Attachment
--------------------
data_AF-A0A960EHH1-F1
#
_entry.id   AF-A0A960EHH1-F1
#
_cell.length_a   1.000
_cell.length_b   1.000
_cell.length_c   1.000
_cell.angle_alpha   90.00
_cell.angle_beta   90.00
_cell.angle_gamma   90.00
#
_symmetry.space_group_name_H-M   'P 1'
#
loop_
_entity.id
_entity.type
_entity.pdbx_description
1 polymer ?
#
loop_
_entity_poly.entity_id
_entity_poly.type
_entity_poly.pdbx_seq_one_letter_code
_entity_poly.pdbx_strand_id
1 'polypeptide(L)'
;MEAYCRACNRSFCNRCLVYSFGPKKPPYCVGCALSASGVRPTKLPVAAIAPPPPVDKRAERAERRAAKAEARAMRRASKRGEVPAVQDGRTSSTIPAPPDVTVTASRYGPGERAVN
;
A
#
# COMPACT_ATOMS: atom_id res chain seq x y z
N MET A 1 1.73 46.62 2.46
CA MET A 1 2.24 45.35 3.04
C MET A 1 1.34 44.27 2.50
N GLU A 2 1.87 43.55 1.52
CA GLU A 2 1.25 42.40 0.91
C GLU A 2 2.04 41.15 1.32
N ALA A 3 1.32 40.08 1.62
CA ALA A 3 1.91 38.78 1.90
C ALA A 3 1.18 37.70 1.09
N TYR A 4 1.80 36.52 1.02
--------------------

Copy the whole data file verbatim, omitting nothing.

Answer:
data_AF-A0A960EHH1-F1
#
_entry.id   AF-A0A960EHH1-F1
#
_cell.length_a   1.000
_cell.length_b   1.000
_cell.length_c   1.000
_cell.angle_alpha   90.00
_cell.angle_beta   90.00
_cell.angle_gamma   90.00
#
_symmetry.space_group_name_H-M   'P 1'
#
loop_
_entity.id
_entity.type
_entity.pdbx_description
1 polymer ?
#
loop_
_entity_poly.entity_id
_entity_poly.type
_entity_poly.pdbx_seq_one_letter_code
_entity_poly.pdbx_strand_id
1 'polypeptide(L)'
;MEAYCRACNRSFCNRCLVYSFGPKKPPYCVGCALSASGVRPTKLPVAAIAPPPPVDKRAERAERRAAKAEARAMRRASKRGEVPAVQDGRTSSTIPAPPDVTVTASRYGPGERAVN
;
A
#
# COMPACT_ATOMS: atom_id res chain seq x y z
N MET A 1 1.73 46.62 2.46
CA MET A 1 2.24 45.35 3.04
C MET A 1 1.34 44.27 2.50
N GLU A 2 1.87 43.55 1.52
CA GLU A 2 1.25 42.40 0.91
C GLU A 2 2.04 41.15 1.32
N ALA A 3 1.32 40.08 1.62
CA ALA A 3 1.91 38.78 1.90
C ALA A 3 1.18 37.70 1.09
N TYR A 4 1.80 36.52 1.02